Hint: It means we’re evolving.
Things are easier said than done, or so the old adage goes, and we couldn't agree more. That's why we do The GOOD 30-Day Challenge (#30DaysofGOOD), a monthly attempt to live better. Our challenge for August? Get off the internet at 8.
There’s nothing like an article about how the internet is changing our brains to really freak people out. Studies show our thought process is adapting to the constant influx of media. Google affects our memorization skills. And our reliance on smartphones has changed friendly debates forever. Whether we like it or not, the web is molding our minds. But what if that’s not such a big deal?
Scientists and philosophers are beginning to look closer at the perceived boundaries between our physical selves and the exterior world. And many of them are beginning to see that the boundaries we’ve created aren’t as clear as we think.
Neuroscientist V.S. Ramachandran is an especially vocal proponent of the malleability of our bodies. For over a decade, he’s studied people with so-called “phantom limbs.” His patients, who have lost one or more body parts, continue to feel movement and pain in a limb that hasn’t been there for years. This phenomenon shows that our brains are capable of tricking our conscious minds into thinking we’re physically attached to an “outside” object.
But what if it’s not a trick? Andy Clark, a professor of philosophy at the University of Edinburgh in Scotland, says there’s a deeper principle to be found in the phantom limb assertion. In his book Natural Born Cyborgs, Clark claims that our brains depend entirely on perceived correlations in order to construct an arbitrary boundary between our bodies and the external world.
Think about how many tools you use in your daily life without even thinking about it. You drive a car to work (or ride a bike... the principle is the same). You use your GPS device, cell phone, iPod, and other tech devices so flawlessly that, according to Ramachandran’s principle, they may as well be extensions of your very self.
Sound scary? It’s not. We’ve been using tools for centuries—it’s what distinguishes us from most species of lesser intelligence. And we haven’t just used tools, we’ve relied on them. In Clark’s book, he cites the wristwatch as an example. Human lives are drastically different now than they were before we had the ability to know the time right down to the minute. Before clocks were widespread, and people had only the sun or the church bells to tell them it was noon, scheduling was virtually nonexistent. Or think about the pen and paper. These tools have changed the very fabric of how we exist with each other in the world—and few would argue these changes have made our lives worse.
Whenever there has been a massive change in how we go about our daily lives, there’s also been a massive critique. When the printing press was invented, and written documents were no longer reserved for the purposes of the church, people were terrified of what massive amounts of newly available information would do to the world. And they were probably right to be terrified, because with such sweeping change often comes revolution (In the printing press’s case, the reformation.) Widespread use of the Internet is this millennium’s equivalent. It’s changed the way we view the world, it’s changed the way we go about our daily lives, and it has most definitely spurred its own revolutions.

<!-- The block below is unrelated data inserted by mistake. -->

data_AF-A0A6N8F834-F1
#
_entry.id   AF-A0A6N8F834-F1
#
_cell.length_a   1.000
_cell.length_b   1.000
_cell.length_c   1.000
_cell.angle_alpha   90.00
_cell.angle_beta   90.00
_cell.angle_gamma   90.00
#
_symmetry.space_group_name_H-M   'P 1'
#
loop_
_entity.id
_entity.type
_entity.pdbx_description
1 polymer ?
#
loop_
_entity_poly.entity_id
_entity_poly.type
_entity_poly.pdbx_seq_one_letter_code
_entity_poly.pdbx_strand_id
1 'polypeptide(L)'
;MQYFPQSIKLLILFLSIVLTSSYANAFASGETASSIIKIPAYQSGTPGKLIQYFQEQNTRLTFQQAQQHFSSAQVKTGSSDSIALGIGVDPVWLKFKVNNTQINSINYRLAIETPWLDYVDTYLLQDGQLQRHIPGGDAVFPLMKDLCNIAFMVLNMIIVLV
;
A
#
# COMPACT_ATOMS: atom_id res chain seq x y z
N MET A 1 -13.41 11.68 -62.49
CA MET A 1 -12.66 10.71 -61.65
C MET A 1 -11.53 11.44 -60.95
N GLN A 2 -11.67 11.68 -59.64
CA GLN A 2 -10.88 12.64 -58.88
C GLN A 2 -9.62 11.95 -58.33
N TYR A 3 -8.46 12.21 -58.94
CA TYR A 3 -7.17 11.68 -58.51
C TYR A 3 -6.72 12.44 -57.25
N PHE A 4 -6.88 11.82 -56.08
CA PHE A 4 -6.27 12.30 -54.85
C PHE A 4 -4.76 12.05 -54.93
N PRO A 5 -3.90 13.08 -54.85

We all want to believe that as humans, we control our tools, not the other way around. Clark would argue the exact opposite is true, and for the better. After all, how can we say our brains are all we need to be our “real selves” when we have so much stored and invested in our outside technologies? Maybe we’re not losing our “selfhood” at all, but creating mega-selves. Perhaps we should be thinking of our presence on the internet, our phones, and our hard drives as equally important parts of us—really clever parts who can tell jokes in 140 characters or less.
“We need to understand that the very ideas of minds and persons are not limited to the biological skin-bag,” Clark writes, “and that our sense of self, place, and potential are all malleable constructs ready to expand, change, or contract at surprisingly short notice.” Although we may initially resist the idea of the internet changing our brains, it’s probably inevitable.
We’re still in the beginning stages in the internet age, and it’s nice to unplug from time to time. But now that we have this amazing resource, it’s hard to imagine going back to a time where our dependence on the internet was limited. Just as the reformation brought on the enlightenment, and the enlightenment brought on the scientific revolution, history repeats itself. We can try to deny it now, but no matter how hard we resist, the internet and our brains are only going to become more deeply intertwined. And that’s probably not such a bad thing.